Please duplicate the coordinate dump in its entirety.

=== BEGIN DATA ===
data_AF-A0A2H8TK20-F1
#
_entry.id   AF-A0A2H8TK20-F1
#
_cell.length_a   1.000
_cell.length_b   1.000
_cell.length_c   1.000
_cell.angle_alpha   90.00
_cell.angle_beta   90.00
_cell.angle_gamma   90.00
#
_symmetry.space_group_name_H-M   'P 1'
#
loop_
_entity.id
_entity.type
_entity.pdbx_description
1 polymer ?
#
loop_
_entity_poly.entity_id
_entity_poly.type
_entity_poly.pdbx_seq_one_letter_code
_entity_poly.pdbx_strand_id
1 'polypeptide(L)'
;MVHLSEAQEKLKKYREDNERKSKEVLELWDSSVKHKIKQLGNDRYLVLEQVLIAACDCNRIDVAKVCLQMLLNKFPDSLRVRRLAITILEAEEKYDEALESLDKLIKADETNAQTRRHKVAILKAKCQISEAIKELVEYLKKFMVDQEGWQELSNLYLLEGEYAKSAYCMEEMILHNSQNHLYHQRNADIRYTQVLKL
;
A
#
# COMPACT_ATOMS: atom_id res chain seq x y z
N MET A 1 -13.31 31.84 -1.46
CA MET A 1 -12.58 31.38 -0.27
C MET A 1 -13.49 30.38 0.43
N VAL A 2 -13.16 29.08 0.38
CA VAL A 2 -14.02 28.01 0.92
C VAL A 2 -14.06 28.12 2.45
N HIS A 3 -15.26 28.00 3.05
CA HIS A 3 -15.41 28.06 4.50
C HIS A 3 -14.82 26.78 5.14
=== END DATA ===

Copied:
data_AF-A0A2H8TK20-F1
#
_entry.id   AF-A0A2H8TK20-F1
#
_cell.length_a   1.000
_cell.length_b   1.000
_cell.length_c   1.000
_cell.angle_alpha   90.00
_cell.angle_beta   90.00
_cell.angle_gamma   90.00
#
_symmetry.space_group_name_H-M   'P 1'
#
loop_
_entity.id
_entity.type
_entity.pdbx_description
1 polymer ?
#
loop_
_entity_poly.entity_id
_entity_poly.type
_entity_poly.pdbx_seq_one_letter_code
_entity_poly.pdbx_strand_id
1 'polypeptide(L)'
;MVHLSEAQEKLKKYREDNERKSKEVLELWDSSVKHKIKQLGNDRYLVLEQVLIAACDCNRIDVAKVCLQMLLNKFPDSLRVRRLAITILEAEEKYDEALESLDKLIKADETNAQTRRHKVAILKAKCQISEAIKELVEYLKKFMVDQEGWQELSNLYLLEGEYAKSAYCMEEMILHNSQNHLYHQRNADIRYTQVLKL
;
A
#
# COMPACT_ATOMS: atom_id res chain seq x y z
N MET A 1 -13.31 31.84 -1.46
CA MET A 1 -12.58 31.38 -0.27
C MET A 1 -13.49 30.38 0.43
N VAL A 2 -13.16 29.08 0.38
CA VAL A 2 -14.02 28.01 0.92
C VAL A 2 -14.06 28.12 2.45
N HIS A 3 -15.26 28.00 3.05
CA HIS A 3 -15.41 28.06 4.50
C HIS A 3 -14.82 26.78 5.14